Interview with the first vegan restaurant in Hoedspruit

As a vegan consultant my mission is to help the hospitality businesses in Southern Africa become vegan friendly & really put Africa on the map as a vegan holiday destination.

You can only imagine my joy at finding out my local ‘’bush’’ town of Hoedspruit was getting its very first vegan restaurant & I contacted the owner just before they opened to show my support.

Hoedspruit is a town full of nature lovers, with most locals living in wildlife estates or the reserves which border the famous Kruger National Park. The town attracts many tourists and international who have holiday houses in the area too so with all this in mind I feel it is an ideal location for a vegan restaurant.

I interviewed Laura Lewis, the owner & chef of LaMoo café which is now a place I have enjoyed some lovely meals for both business meetings and dates!

Now keep in mind LaMoo was opened during a pandemic too, this is what Laura had to say…

Thanks for speaking with me Laura, so first things first, I am assuming you are vegan yourself? If so, when did you decide to become vegan and what made you make this decision?

I’ve was raised to love animals. I never thought about animal farming until I had access to social media as an adult and realised it was very unkind. I was vegetarian for a while (I lived on the south coast where no one is vegan and no one knows anything about veganism. Back then, we were not catered for at all. I stumbled across an article on dairy farming and that was it. That was approximately 9 or 10 years ago.


What made you decide to open a fully plant-based restaurant?

There is so little to eat for vegans. I went to the north coast for holiday and there were all these options. We didn’t have to struggle for takeout’s or restaurants and could actually enjoy our holiday. I thought that by opening LaMoo we could give all vegans a chance to eat out whenever they want (not just a salad minus a whole lot of stuff). It’s also very much targeting the environmental and compassion challenges we are facing. I’m trying to make people aware of plastic, recycling, climate change etc. We are trying to do events for all the awareness days to help raise more awareness. People here are much geared towards wildlife but they don’t realise that the biggest threat to wildlife is agricultural farming.


Were you worried about opening a hospitality business during a pandemic?

Very and I still am. I don’t have the same luxury other restaurants have. I have to try convince people to try plant based. People sit down, see it’s plant based and walk out. That makes me sad, not for me but for the animals and the environment. I might not make it, and if so, people keep telling me that it won’t be about the food but rather that people aren’t ready to hear the truth. But we will push through for as long as possible obviously with the hope that we can continue to stay open.


How did you think of the name LaMoo and what does it mean to you?

A few people to me did some brainstorming for names. We knew we needed something that wouldn’t offend people or challenge their beliefs too much initially. People are so hard to convince after so many years or programmes beliefs that cows were made for milk and that someone else will solve the problems of recycling etc. So, we decided on LaMoo which in the urban dictionary means a cow that is laughing. That is my wish for all animals on this planet, that they can laugh as much as we do and have the same freedom we have.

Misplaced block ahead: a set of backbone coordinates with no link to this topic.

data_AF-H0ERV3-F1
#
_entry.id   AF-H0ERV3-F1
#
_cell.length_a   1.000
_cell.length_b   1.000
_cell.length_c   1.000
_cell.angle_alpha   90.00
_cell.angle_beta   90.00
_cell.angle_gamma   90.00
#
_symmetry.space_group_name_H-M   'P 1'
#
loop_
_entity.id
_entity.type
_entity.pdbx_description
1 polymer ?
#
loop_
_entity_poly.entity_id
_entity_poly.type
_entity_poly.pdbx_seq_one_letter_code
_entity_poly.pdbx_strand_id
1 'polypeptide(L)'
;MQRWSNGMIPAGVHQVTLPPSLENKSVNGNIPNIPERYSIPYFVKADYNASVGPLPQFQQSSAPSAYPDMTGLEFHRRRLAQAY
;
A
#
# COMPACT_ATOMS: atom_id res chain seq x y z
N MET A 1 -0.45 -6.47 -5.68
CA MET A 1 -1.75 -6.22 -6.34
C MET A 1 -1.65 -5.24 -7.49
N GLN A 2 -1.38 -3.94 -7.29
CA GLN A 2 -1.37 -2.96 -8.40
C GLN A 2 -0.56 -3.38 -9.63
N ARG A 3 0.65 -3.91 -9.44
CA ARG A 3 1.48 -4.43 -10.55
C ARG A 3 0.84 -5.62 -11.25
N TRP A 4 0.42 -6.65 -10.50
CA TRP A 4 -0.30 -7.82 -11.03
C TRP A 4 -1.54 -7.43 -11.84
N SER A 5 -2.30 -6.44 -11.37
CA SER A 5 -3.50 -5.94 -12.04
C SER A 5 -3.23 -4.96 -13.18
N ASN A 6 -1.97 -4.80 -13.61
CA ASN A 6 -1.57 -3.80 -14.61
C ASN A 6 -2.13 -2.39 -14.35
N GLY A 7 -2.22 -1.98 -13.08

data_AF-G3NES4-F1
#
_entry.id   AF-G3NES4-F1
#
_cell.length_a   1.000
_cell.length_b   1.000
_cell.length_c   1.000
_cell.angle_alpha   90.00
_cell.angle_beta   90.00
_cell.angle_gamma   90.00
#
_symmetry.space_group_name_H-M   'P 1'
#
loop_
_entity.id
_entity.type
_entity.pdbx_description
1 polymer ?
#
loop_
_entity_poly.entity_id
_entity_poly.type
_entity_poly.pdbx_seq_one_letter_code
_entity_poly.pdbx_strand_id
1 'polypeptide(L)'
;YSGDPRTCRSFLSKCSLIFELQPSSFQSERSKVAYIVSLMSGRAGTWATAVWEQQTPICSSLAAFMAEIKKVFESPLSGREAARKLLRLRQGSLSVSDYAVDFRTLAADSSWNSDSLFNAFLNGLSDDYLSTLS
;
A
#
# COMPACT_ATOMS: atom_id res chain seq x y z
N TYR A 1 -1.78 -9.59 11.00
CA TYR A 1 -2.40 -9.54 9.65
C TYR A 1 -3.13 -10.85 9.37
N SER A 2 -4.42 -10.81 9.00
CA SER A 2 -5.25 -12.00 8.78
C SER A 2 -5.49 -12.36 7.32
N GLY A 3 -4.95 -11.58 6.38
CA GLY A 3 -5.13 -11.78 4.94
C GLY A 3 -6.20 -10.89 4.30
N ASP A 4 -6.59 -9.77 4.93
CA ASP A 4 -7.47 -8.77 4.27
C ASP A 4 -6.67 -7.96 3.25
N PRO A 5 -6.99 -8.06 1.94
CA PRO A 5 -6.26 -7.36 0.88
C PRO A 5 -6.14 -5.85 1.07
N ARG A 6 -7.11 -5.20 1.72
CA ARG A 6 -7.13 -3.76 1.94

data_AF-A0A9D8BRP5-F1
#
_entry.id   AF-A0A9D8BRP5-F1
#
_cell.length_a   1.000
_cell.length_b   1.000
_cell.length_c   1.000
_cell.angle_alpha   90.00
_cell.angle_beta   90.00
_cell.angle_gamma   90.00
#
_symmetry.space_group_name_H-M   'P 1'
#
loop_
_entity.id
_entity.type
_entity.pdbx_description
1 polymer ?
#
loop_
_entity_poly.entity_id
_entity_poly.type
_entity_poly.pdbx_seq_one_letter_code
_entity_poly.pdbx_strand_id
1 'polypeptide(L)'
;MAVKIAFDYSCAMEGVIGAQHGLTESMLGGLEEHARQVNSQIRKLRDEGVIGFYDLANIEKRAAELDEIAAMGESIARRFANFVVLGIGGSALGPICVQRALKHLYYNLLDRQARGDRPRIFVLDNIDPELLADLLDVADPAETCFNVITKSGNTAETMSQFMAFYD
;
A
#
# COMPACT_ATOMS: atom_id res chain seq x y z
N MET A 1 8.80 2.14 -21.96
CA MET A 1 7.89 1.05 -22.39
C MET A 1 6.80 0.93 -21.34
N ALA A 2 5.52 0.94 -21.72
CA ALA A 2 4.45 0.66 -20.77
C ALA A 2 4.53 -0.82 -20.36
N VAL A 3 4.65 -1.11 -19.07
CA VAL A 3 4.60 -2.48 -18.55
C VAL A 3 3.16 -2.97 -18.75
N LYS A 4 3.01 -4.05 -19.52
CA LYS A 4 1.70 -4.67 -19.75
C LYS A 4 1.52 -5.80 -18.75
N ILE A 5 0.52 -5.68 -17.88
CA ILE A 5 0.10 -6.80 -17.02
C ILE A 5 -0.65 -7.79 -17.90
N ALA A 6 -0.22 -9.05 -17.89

How has the reaction been from the local community seen as you are the very first plant-based restaurant in the area?

It’s been very mixed. The vegan community has been great. And we’ve already seen repeat customers with the vegans but it’s still a small community. We’ve had people rave that they can’t taste the different between some of the meat substitutes, and we’ve had people refuse to drink their coffee or just get up and leave without trying anything. Our customers are often either foreigners or from Cape Town.


Have you had mostly vegan customers or non-vegan customers eat at LaMoo?

It seems to be about even at the moment. A lot of people come for the waffles and pancakes which are easy to eat for both vegans and non-vegans.


What would you say your restaurants food ”style” is & why did you decide on this style?

We initially started with all the typical foods that I could never find vegan versions of. Waffles, pancakes, toasties etc. As time went on we were able to add the healthier meals as well. We are doing a bit of everything to try to accommodate for both vegans and non-vegans, trying just to encourage people to change even just one meal a week to plant based.


What is your personal favourite dish on the menu?

I love the tofu Mayo & bacon sub. I also love all waffles!


Where do your source your ingredients?

We are blessed to have a very well stocked health shop and she is always willing to try source ingredients for me.

Our fresh produce we try to grow ourselves but we are small scale and so we get waves of crops, but we are able to often provide our own spinach, tomatoes, cucumbers, marrows, beans, peas, broccoli, cauliflower, beetroots and onions.

The produce I do not have available in my garden we source from the farmers market unpackaged to avoid plastic.

Most of our suppliers have been fantastic with sourcing in a way that we get unpackaged in bulk to avoid plastics.


Do you have any advice for anyone who is wanting to open a vegan restaurant?

Be strong. Breaking into the restaurant market is super hard and being vegan makes it three times harder but remember why you’re doing it.

We aren’t doing it for any monetary gain, just to try raise awareness, save some animals and provide something nice for the vegans that deserve more than just a salad at a restaurant. I just keep reminding myself that saving just one animal is worth it.


Blog by Hayley Cooper

Photo by Laura Lewis – LaMoo